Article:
Robert Fulford | June 6, 2016 2:59 PM ET
The philosopher Francis Bacon, looking out at the future from his vantage point in the English 17th century, said that everyone should consider the effect of three inventions that were unknown in ancient times: Printing, gunpowder and the compass. “These three have changed the appearance and state of the whole world.”
Printing was the innovation Bacon put first, and the one that concerns us most in 2016. Printing made the modern era possible by disseminating the books that opened new ways of thinking and encouraged new human aspirations. Under the influence of printing, the Protestant Reformation, the Renaissance and modern science all sprang to life. It was a revolution – “the Unacknowledged Revolution,” as one modern historian called it because (despite Bacon) most of the world didn’t understand what was happening.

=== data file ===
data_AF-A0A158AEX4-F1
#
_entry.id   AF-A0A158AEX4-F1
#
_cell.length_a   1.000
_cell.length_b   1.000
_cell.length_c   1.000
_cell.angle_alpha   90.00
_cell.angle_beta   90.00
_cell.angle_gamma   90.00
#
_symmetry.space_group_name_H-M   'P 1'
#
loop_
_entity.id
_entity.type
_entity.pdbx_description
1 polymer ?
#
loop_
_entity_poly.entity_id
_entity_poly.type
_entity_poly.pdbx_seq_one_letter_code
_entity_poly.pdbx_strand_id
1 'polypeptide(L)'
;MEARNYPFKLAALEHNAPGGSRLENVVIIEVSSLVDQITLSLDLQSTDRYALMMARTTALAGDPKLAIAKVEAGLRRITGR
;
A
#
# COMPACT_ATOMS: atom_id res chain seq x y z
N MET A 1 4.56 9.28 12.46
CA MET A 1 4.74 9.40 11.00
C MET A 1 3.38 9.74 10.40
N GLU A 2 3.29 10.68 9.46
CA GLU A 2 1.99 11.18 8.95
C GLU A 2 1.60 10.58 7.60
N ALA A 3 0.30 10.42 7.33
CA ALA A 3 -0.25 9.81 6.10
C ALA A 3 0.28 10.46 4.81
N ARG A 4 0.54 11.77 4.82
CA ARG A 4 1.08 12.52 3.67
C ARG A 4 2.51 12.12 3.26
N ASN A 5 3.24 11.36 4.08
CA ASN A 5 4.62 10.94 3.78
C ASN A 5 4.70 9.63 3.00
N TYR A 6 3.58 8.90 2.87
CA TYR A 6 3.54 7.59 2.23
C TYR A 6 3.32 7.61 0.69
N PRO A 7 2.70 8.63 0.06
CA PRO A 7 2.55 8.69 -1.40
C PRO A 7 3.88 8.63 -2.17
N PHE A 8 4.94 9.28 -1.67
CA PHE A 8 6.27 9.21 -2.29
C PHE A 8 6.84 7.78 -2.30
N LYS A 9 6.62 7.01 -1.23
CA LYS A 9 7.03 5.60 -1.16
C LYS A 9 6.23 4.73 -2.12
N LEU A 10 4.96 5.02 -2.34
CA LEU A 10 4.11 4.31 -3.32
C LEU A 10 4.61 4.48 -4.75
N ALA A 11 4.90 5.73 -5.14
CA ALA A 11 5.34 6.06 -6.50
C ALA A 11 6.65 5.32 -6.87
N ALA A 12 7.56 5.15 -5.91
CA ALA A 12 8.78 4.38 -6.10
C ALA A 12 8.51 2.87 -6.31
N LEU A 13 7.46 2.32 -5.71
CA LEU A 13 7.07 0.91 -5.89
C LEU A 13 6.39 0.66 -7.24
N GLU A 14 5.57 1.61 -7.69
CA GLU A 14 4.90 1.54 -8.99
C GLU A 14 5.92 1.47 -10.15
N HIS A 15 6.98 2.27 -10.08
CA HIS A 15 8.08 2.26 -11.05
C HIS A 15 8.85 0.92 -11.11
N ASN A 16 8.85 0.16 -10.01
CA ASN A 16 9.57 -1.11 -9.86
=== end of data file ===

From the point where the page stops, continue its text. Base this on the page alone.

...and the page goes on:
Today, on the other hand, we know the change that confronts us. The printing era shows signs of coming to an end. Bookstores everywhere are closing down because many people prefer to read books in digital form or perhaps prefer not to read. What is at stake? Literacy, literature and the culture of books, with its vast libraries and its flourishing (but often unprofitable) publishers. All of it is in danger. Read more…